Microsoft provides a component called Collaboration Data Objects for Microsoft Windows NT Server (CDONTS) that
allows programs to send email through Exchange Server, either through IIS or third-party applications. Sometimes, CDONTS doesn't seem to work correctly with Exchange. If Exchange is able to send other email normally, the problem almost certainly lies with how you're accessing Exchange Server through CDONTS.
- Make sure permissions on the pickup directory are correct. IIS (or whatever program is being used) needs proper permissions to write to the pickup directory. The account usually set for this is the anonymous IIS user account (IUSR_<machine_name> or IWAM_<machine_name>). The IUSR_ account is used for anonymous-user access through IIS, while IWAM_ is used for out-of-process applications. If you're having trouble with one, try enabling the other. If you're not using IIS, make sure the program or script you're running has proper authorization; it may need to be run in the context of another user account to work correctly.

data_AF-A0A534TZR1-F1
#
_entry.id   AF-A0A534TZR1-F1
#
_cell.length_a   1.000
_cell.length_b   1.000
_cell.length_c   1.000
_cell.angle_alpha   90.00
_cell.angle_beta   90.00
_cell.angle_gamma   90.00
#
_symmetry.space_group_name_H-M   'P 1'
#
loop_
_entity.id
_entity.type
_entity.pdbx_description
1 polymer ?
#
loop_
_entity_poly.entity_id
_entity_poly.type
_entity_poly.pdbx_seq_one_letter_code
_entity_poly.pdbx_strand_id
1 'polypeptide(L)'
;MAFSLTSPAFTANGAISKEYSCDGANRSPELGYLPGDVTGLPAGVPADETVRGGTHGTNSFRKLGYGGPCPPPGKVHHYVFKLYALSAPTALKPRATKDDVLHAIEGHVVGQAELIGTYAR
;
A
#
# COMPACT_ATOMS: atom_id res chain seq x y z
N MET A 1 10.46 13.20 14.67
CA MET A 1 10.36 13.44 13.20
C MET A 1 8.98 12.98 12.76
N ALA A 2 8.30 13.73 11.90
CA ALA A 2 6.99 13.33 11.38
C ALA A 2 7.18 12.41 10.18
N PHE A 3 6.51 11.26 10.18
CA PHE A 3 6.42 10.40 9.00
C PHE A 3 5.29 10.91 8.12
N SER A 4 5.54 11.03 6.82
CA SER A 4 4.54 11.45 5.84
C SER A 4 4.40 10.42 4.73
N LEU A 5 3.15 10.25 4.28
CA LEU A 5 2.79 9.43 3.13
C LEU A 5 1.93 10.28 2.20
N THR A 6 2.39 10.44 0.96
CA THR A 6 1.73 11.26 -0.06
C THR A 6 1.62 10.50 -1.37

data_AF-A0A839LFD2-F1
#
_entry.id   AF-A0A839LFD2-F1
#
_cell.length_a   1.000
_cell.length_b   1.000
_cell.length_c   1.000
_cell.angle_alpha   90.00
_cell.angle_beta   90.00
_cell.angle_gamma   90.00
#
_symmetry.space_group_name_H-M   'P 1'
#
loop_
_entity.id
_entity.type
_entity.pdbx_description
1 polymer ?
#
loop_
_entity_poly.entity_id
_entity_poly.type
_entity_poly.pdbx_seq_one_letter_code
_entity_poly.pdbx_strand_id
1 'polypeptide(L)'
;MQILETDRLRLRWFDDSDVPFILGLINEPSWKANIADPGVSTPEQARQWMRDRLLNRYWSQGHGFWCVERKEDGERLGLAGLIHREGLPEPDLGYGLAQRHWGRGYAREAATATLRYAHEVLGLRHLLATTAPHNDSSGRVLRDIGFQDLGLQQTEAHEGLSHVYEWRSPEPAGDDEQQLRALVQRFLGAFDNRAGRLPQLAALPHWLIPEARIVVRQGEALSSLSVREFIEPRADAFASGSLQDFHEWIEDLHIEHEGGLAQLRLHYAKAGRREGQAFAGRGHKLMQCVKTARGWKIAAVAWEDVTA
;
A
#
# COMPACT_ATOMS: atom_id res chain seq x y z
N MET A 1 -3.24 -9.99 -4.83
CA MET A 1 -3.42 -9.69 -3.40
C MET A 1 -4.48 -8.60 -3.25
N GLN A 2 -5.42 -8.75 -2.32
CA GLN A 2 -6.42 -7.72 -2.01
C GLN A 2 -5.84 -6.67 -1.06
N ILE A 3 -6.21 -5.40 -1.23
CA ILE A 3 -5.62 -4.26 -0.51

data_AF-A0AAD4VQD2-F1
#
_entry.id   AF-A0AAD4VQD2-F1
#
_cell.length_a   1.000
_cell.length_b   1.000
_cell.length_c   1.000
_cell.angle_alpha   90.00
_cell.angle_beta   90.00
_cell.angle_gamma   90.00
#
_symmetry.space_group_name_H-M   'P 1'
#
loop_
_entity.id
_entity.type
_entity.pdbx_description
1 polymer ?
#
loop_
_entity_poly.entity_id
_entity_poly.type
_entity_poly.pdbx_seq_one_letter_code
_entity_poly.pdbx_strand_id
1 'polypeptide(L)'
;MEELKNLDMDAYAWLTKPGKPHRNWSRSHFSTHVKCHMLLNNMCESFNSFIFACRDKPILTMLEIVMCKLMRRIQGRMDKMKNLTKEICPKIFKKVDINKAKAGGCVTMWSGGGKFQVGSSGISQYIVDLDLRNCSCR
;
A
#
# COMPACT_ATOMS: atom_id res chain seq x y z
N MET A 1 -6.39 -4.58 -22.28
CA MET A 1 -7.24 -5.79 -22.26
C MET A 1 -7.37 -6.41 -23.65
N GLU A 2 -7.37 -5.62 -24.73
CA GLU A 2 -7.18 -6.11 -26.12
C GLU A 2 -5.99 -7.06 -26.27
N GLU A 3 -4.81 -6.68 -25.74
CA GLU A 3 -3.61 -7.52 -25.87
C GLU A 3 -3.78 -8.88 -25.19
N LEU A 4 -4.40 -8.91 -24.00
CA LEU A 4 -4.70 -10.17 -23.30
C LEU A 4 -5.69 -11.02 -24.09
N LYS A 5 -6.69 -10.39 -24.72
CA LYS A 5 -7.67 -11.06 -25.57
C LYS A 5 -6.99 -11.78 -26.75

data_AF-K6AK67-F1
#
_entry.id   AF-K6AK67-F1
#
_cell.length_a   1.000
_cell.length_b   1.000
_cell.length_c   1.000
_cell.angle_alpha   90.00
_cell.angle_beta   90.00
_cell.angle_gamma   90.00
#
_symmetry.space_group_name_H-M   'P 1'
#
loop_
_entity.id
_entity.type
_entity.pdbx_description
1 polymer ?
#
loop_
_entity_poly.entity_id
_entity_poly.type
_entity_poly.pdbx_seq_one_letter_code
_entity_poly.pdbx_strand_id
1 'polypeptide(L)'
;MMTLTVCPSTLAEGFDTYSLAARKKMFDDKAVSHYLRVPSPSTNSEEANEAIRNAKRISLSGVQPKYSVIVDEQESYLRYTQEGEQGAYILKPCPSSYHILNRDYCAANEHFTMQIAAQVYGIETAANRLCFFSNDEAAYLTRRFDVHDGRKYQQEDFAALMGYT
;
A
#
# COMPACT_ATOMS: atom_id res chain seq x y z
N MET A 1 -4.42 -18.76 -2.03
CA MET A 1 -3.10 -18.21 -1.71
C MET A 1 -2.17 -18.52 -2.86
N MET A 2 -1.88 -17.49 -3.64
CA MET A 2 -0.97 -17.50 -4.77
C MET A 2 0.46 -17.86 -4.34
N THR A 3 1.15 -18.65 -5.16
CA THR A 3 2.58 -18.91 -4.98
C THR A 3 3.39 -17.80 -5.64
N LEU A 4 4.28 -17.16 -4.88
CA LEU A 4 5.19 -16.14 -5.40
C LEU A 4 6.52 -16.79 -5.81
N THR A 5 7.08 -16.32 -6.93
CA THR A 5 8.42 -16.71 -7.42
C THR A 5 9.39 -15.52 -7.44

- Make sure you're dropping the message in the right pickup directory. The proper directory for Exchange is EXCHSRVR\IMCDATA\PICKUP -- not any other directory named "pickup" (such as the INETPUB\MAILROOT\PICKUP directory). The pickup directory used by IIS when accessing CDONTS is specified in the IIS metabase.
- 3. If you're constructing e-mail messages "by hand" and placing them in the drop directory, make sure they're in the correct format. Programs that don't actually use CDONTS to create the mail message will run into this problem if the e-mail being created is malformed. Double-check to make sure the e-mail in question follows RFC 822, including the blank line between the headers and the body (you'd be surprised how easy it is to omit this!).
- 4. Make sure the CDONTS objects are registered. If all calls to CDONTS are failing, re-register the CDONTS component from the command line with regsvr32 cdonts.dll. (If you receive errors along the lines of "can't create object" or "library not registered," this is your culprit.)
About the author: Serdar Yegulalp is editor of the Windows Insight and a regular contributor to SearchExchange.com.
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